Show simple item record

dc.contributor.authorKim, Janeen_US
dc.date.accessioned2015-04-06T20:13:55Z
dc.date.available2020-01-27T07:00:25Z
dc.date.issued2015-01-26en_US
dc.identifier.otherbibid: 9154441
dc.identifier.urihttps://hdl.handle.net/1813/39352
dc.description.abstractThis dissertation follows the figure of Dante as a vehicle to chart a new literary history of poetic theology that discovers the Romantic revival of the Renaissance ideal of the poet-theologian. The Italian humanist conception of the poeta theologus, which retroactively named a tradition originating with Dante, sought to resolve the ongoing conflict between theology and poetry. Renaissance writers argued that theology is poetry about God, and that classical poetry, when read allegorically, is consonant with revealed Christianity. Like the humanists who turned to theology to justify poetry, the Romantics, responding to the Enlightenment imperative of truth, re-establish the model of poetic theology in order to defend poetry and its truth. This dissertation seeks to uncover a Romantic poetic theology that demonstrates the implicitly theological basis of late 18th and early 19th-century poetic form and theory. Each chapter begins with a conceptual link to Dante that frames an examination of poetic appropriation and implication of theological questions, including notions of form, language, inspiration, and allegory. Following a theoretical discussion of the function of poetic theology, Chapter One argues that Wordsworth's Preface to the Lyrical Ballads, while reiterating Dante's vernacular poetic program, conceives of the vernacularization of poetic language as an incarnational process mirroring the descent of the divine vernacular, Christ as Word-made-flesh. Chapter Two asserts Byron's use of exile, particularly in his neglected poem, "The Prophecy of Dante," as a biographical trope characterizing the human underside of the experience of poetic inspiration. Chapter Three contends that in Prometheus Unbound, Shelley emulates Dante's bold appropriation of the "allegory of the theologians," inscribing in the poem a fourfold allegorical structure. Chapter Four demonstrates Shelley's revision of Dante's poetic theology of love through his own figural Beatrice in The Cenci. Rather than viewing literary appropriations of biblical and theological resources as a simple process of secularization, this dissertation examines the very fact of poetry's consistent effort to draw itself alongside scripture to identify the working of poetic theology-poetry's self assertion as a theological modality.en_US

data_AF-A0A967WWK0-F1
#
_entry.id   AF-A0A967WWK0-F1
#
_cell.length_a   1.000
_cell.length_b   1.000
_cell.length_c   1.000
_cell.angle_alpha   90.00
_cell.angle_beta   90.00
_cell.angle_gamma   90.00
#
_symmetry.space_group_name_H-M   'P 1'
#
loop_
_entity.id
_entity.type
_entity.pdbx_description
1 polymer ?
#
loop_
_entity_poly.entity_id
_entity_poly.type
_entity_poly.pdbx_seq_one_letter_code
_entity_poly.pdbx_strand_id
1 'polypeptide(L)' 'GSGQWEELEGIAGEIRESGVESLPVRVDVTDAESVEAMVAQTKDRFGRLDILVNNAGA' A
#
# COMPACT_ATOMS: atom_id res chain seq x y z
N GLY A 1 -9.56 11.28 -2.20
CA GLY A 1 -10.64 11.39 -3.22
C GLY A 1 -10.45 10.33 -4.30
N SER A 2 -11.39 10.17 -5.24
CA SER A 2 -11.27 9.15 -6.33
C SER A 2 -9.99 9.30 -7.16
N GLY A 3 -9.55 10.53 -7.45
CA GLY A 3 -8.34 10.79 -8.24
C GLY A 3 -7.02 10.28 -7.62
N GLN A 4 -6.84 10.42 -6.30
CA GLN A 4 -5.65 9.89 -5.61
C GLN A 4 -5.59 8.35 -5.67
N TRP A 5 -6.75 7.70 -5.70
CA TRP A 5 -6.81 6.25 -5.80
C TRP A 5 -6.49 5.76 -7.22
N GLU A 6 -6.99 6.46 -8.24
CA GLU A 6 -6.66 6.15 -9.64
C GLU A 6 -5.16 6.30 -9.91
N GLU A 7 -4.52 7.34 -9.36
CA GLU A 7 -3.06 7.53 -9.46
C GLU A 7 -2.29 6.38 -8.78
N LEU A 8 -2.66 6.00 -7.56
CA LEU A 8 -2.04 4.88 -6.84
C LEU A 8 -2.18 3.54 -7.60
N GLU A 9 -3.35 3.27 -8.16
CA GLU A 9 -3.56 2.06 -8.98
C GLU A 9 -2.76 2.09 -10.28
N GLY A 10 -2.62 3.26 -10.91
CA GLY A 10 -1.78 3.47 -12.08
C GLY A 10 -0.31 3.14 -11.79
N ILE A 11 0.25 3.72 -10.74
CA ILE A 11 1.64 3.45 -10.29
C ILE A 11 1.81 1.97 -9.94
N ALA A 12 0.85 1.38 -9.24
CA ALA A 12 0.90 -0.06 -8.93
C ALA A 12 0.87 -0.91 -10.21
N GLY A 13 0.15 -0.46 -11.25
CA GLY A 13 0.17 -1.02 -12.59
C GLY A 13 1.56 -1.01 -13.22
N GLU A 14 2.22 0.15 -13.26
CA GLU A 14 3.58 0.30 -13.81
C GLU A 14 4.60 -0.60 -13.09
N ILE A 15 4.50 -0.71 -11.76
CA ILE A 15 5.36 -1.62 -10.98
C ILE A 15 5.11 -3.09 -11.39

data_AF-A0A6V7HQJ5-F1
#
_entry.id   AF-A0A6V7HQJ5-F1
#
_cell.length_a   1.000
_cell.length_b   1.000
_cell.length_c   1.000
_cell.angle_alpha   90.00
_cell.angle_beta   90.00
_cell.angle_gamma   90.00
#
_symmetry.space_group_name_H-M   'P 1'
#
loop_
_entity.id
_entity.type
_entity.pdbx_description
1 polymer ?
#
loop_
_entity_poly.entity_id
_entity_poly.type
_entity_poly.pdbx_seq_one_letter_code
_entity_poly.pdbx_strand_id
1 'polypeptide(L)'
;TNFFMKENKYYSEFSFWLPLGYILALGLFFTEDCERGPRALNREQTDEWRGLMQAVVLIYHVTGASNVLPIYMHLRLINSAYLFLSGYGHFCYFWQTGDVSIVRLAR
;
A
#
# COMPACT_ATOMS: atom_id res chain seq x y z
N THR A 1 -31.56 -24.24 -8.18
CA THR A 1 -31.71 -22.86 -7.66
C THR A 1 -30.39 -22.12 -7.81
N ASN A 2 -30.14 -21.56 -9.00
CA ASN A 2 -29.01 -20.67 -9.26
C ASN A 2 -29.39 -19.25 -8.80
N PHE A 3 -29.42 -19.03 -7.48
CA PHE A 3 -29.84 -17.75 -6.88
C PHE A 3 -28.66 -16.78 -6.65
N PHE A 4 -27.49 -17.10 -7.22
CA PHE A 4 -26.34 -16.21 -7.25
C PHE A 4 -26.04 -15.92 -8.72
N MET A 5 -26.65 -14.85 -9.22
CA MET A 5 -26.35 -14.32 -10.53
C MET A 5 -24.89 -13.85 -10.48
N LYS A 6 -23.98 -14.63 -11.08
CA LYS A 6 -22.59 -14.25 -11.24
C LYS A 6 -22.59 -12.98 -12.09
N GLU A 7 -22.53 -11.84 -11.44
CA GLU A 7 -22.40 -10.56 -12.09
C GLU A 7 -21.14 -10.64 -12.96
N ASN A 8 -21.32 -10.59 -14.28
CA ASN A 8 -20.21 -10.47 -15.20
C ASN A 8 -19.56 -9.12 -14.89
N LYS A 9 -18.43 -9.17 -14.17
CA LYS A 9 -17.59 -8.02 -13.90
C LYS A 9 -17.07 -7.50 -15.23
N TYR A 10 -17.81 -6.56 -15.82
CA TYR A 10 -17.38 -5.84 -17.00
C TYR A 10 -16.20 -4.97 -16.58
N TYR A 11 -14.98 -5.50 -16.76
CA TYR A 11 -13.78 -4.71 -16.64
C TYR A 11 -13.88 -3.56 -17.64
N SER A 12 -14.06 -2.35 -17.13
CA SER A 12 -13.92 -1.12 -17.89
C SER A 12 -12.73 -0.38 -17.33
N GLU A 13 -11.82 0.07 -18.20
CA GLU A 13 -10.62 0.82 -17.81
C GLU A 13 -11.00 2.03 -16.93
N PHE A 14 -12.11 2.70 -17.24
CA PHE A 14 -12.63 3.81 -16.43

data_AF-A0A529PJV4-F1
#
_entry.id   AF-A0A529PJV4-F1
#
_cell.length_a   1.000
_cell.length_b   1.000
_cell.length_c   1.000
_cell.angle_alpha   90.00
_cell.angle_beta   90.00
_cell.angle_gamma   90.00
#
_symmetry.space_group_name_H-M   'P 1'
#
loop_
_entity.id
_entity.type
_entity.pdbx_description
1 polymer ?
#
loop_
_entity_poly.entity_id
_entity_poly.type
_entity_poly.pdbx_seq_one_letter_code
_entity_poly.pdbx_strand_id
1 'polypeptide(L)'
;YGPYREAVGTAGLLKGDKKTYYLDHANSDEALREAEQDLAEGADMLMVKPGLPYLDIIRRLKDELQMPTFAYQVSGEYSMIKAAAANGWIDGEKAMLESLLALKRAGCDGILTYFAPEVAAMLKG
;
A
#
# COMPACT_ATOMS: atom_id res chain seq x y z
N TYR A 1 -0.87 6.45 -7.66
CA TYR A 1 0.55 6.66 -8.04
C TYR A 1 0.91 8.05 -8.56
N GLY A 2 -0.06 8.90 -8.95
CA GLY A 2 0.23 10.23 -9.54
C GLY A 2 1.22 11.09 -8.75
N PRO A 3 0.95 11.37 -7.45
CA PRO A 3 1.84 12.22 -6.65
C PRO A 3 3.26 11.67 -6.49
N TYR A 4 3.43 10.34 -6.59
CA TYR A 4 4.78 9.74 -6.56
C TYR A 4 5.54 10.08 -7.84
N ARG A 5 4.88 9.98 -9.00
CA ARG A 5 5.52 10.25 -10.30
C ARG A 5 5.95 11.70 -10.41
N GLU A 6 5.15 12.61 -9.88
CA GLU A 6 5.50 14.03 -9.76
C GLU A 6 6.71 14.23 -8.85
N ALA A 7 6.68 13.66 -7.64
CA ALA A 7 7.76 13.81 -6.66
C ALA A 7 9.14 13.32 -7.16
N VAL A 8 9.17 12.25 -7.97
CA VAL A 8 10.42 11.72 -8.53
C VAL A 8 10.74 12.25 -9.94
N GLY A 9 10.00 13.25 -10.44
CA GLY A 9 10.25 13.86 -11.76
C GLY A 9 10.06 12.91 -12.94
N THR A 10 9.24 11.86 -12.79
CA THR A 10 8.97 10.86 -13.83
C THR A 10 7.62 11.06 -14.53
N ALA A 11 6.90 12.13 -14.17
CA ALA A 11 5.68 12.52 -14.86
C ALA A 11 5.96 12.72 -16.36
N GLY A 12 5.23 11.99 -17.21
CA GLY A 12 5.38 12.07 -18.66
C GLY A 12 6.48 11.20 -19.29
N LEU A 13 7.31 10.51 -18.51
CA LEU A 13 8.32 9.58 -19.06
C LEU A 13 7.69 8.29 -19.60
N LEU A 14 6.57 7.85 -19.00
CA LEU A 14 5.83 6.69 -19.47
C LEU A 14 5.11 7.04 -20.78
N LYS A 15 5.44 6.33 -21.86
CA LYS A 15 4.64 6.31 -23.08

dc.language.isoen_USen_US
dc.subjectRomantic poetsen_US
dc.subjectpoetry and theologyen_US
dc.subjectpoetry and Bibleen_US
dc.subjectDanteen_US
dc.titlePoetic Theology: Dante And The British Romantic Poetsen_US
dc.typedissertation or thesisen_US
thesis.degree.disciplineEnglish Language and Literature
thesis.degree.grantorCornell Universityen_US
thesis.degree.levelDoctor of Philosophy
thesis.degree.namePh. D., English Language and Literature
dc.contributor.chairParker, Alan R.en_US
dc.contributor.coChairSawyer, Paul Lincolnen_US
dc.contributor.committeeMemberGoldstein, Amanda Joen_US
dc.contributor.committeeMemberGilbert, Roger Stephenen_US


Files in this item

Thumbnail

This item appears in the following Collection(s)

Show simple item record

Statistics